How to Punctuate Dialogue

Diane Callahan
27 min readMay 25, 2022
“How to Punctuate Dialogue” on a black background with a pen

As a fiction editor, I’m often asked about the most common writing mistakes I see. It seems trivial, but incorrectly punctuated dialogue can make readers abandon an otherwise good book.

Luckily, you can master this skill with practice and patience. Here, I’ll cover the difference between dialogue tags and action beats, where to shove your commas, what types of verbs to use, and the various kinds of punctuation that might appear in dialogue.

Dialogue Tags, Action Beats, Punctuation, Verb Choice

I’m using the guidelines from The Chicago Manual of Style, which is the preferred style guide for fiction publishing in the United States. Keep in mind that these are the US English style conventions, which use double quotation marks for dialogue.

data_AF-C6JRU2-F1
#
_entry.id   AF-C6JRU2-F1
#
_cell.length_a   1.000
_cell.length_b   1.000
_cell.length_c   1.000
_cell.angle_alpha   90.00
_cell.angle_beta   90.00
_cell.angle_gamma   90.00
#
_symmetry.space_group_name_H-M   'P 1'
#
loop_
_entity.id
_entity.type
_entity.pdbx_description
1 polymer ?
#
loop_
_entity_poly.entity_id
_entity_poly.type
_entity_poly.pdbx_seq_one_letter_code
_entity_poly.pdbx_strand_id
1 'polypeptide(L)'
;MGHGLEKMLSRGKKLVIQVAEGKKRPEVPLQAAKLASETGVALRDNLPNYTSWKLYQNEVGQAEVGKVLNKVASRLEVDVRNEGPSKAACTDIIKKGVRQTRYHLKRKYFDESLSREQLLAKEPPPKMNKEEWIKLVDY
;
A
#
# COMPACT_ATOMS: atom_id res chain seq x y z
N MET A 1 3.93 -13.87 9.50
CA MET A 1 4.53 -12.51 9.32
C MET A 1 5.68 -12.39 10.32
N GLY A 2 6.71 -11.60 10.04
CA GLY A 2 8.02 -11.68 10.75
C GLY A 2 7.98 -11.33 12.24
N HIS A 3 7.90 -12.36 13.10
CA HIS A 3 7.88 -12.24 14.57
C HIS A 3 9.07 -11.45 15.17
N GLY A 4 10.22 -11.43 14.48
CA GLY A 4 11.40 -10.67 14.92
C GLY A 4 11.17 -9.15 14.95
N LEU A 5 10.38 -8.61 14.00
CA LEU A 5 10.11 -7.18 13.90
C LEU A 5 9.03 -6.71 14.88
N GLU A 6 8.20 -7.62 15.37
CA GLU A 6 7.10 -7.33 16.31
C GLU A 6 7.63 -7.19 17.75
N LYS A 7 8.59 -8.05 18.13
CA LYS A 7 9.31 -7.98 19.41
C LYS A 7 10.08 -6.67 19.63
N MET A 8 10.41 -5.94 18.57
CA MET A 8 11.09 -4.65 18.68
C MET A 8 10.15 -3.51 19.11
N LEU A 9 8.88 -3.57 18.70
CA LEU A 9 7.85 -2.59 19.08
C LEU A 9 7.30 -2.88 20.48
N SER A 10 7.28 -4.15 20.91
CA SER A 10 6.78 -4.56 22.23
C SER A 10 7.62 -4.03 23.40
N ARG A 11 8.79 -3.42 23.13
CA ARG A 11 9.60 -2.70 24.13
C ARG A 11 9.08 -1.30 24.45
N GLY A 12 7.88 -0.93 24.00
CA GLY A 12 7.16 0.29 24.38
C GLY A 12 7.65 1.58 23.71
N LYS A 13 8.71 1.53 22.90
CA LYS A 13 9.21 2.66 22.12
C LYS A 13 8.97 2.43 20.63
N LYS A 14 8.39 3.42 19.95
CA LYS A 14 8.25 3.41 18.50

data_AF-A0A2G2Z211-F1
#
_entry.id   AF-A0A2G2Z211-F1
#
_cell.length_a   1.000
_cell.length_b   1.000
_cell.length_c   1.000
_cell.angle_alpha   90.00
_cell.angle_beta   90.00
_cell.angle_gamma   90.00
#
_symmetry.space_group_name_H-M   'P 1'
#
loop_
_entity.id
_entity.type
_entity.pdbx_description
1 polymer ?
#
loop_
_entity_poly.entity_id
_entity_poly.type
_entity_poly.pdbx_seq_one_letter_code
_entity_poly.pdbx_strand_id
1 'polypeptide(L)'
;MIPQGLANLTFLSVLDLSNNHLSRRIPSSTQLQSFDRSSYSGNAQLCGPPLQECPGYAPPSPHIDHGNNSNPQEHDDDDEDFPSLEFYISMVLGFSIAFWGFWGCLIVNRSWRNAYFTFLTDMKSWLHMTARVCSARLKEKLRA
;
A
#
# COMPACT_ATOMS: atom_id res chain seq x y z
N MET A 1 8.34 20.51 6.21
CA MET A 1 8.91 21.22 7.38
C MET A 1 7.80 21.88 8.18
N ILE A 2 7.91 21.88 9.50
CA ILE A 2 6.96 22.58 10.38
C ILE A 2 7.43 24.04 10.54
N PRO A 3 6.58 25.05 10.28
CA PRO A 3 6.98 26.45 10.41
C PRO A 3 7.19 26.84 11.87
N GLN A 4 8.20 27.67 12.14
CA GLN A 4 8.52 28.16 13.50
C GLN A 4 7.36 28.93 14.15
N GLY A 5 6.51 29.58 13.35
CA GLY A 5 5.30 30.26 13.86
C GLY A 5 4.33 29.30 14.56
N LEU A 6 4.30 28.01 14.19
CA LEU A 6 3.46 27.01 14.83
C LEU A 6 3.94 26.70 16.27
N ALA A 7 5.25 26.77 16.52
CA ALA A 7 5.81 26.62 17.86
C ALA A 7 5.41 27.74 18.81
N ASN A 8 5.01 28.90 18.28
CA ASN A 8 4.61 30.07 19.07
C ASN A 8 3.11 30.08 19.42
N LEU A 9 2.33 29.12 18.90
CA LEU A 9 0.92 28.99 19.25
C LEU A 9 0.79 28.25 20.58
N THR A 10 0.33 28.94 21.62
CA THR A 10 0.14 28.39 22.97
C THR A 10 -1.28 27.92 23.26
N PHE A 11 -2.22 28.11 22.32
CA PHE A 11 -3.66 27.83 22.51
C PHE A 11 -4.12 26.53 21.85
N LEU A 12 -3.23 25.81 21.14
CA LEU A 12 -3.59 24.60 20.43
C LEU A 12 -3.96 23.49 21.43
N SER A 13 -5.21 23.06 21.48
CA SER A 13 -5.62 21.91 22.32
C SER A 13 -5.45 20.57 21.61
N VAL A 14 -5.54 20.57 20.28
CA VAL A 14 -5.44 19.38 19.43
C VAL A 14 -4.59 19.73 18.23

US flag beside “Double quotation marks,” with an excerpt from The Little Prince that uses double quotes

As always, the British play by different rules and often use single quotes, while other cultures use dashes to indicate dialogue instead.

UK flag beside “Single quotation marks,” with an excerpt from The Little Prince that uses single quotes
Dashes used in the Spanish edition of the dialogue for El Principito

Older stories by the likes of Hemingway won’t always follow these guidelines, but these are the rules for twenty-first-century commercial fiction. And some modern authors leave out quotation marks altogether as an artistic choice.

An excerpt from Sally Rooney’s “Normal People” where no quotation marks are used with dialogue

Language is malleable and forever changing.

I’ve also created a short cheat sheet with all these punctuation guidelines so that you have a quick and easy reference.

Commas with Dialogue Tags

Dialogue tags, also known as speech tags, are the phrases after, before, or in-between spoken words that identify who’s…

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